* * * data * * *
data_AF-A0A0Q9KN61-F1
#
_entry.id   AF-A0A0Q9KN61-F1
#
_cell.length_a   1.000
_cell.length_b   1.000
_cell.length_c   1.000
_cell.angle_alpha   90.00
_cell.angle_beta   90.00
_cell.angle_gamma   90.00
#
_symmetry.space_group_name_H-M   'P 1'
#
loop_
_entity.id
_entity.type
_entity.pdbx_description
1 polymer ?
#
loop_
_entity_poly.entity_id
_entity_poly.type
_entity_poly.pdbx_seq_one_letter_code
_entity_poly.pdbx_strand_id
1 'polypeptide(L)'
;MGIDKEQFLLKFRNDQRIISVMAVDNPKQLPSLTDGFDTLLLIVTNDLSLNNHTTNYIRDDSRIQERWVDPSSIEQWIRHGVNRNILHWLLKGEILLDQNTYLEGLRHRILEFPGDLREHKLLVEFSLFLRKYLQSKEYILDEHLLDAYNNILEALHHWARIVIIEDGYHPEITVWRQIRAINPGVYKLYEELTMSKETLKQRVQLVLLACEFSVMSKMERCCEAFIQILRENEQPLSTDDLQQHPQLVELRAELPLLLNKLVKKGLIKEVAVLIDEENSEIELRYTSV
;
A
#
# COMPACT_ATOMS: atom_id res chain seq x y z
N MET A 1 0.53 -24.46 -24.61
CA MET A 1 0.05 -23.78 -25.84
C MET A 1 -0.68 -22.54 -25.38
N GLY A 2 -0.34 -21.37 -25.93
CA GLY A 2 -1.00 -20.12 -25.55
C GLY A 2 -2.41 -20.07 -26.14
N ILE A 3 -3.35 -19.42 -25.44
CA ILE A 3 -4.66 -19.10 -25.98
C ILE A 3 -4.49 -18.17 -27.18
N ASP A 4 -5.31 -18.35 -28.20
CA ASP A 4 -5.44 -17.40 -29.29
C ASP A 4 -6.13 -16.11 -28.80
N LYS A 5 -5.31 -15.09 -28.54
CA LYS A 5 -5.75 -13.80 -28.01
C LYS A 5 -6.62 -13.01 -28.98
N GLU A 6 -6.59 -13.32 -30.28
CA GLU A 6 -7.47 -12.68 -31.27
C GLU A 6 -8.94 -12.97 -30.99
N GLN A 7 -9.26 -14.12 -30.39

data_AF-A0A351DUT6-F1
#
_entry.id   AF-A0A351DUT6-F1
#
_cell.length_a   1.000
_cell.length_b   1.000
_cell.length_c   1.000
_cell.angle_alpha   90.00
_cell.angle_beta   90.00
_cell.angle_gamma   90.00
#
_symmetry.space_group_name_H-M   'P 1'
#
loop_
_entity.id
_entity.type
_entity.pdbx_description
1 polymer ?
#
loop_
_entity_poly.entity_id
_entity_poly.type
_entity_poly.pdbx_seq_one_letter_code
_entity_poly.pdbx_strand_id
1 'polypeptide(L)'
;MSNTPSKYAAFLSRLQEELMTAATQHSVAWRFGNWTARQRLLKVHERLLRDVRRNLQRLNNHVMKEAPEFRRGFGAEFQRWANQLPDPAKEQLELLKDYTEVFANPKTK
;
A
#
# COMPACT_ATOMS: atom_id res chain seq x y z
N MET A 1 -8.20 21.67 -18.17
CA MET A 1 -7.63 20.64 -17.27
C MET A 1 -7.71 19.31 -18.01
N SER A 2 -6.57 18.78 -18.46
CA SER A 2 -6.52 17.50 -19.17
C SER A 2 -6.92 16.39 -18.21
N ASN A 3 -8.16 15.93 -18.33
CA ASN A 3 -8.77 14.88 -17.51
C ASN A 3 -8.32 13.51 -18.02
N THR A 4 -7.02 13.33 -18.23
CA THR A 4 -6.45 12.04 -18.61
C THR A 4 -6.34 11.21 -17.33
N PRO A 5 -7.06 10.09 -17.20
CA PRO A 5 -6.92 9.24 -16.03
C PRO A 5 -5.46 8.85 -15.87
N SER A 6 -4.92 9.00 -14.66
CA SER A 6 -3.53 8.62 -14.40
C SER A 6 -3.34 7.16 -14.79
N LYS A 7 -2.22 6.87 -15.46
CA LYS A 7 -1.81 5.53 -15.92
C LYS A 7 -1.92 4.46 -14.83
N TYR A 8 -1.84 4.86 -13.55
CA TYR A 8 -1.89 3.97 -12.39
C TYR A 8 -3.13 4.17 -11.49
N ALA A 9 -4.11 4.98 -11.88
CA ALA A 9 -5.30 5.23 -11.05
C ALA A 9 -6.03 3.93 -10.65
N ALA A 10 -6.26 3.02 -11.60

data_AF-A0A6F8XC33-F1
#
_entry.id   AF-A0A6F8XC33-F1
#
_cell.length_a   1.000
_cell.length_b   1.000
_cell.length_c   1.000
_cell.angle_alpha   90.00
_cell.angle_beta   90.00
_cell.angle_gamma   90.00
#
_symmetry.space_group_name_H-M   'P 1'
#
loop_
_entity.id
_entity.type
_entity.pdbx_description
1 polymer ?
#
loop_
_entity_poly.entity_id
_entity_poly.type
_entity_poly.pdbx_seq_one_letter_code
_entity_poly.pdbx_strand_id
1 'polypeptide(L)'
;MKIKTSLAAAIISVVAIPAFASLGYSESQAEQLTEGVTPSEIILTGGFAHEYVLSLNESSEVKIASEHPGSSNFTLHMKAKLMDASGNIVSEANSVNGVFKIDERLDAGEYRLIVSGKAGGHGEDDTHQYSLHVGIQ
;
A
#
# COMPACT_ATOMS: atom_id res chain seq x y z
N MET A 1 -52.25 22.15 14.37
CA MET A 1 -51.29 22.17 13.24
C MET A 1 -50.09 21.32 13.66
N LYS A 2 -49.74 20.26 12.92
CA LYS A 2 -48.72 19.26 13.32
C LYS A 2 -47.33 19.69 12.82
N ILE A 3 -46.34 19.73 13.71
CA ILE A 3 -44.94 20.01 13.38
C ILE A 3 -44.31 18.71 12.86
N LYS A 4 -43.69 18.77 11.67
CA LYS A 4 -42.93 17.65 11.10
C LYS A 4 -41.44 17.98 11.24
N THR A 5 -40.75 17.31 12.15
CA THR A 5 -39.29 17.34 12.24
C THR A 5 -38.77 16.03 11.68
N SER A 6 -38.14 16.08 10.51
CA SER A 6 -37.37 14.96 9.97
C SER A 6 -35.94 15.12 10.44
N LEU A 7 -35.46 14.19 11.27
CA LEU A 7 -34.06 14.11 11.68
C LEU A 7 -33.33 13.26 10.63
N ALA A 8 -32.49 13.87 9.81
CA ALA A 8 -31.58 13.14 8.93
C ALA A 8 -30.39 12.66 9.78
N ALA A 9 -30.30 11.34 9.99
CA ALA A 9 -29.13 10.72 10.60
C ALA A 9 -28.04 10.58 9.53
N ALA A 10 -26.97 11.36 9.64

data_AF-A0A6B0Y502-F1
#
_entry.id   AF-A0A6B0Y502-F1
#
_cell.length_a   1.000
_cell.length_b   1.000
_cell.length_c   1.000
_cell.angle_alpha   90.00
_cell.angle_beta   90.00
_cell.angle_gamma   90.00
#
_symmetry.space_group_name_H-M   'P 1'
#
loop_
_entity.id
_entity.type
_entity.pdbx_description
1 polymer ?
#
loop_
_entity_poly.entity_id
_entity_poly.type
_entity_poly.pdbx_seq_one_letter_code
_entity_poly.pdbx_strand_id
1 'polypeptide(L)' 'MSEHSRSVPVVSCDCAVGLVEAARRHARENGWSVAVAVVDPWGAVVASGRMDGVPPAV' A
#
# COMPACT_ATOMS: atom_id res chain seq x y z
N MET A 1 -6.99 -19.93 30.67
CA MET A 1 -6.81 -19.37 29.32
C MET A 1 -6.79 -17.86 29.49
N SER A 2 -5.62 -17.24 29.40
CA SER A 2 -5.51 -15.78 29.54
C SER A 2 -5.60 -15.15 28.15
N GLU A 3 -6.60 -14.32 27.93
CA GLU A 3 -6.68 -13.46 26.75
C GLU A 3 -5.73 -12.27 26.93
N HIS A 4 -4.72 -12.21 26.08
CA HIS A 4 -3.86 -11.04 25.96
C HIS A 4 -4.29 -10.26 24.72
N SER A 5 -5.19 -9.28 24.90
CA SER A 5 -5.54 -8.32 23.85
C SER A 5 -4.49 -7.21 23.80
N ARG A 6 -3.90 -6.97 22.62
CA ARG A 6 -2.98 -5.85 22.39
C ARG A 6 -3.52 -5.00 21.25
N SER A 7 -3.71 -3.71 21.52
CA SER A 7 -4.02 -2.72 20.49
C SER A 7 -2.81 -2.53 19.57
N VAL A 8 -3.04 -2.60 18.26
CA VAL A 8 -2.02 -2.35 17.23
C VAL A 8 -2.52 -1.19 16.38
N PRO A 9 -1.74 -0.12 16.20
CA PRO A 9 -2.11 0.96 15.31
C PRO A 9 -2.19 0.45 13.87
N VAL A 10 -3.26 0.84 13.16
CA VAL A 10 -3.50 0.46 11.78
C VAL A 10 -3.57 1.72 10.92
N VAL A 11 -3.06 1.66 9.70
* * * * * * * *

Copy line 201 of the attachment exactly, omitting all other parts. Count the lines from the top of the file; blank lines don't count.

C GLU A 3 -5.73 -12.27 26.93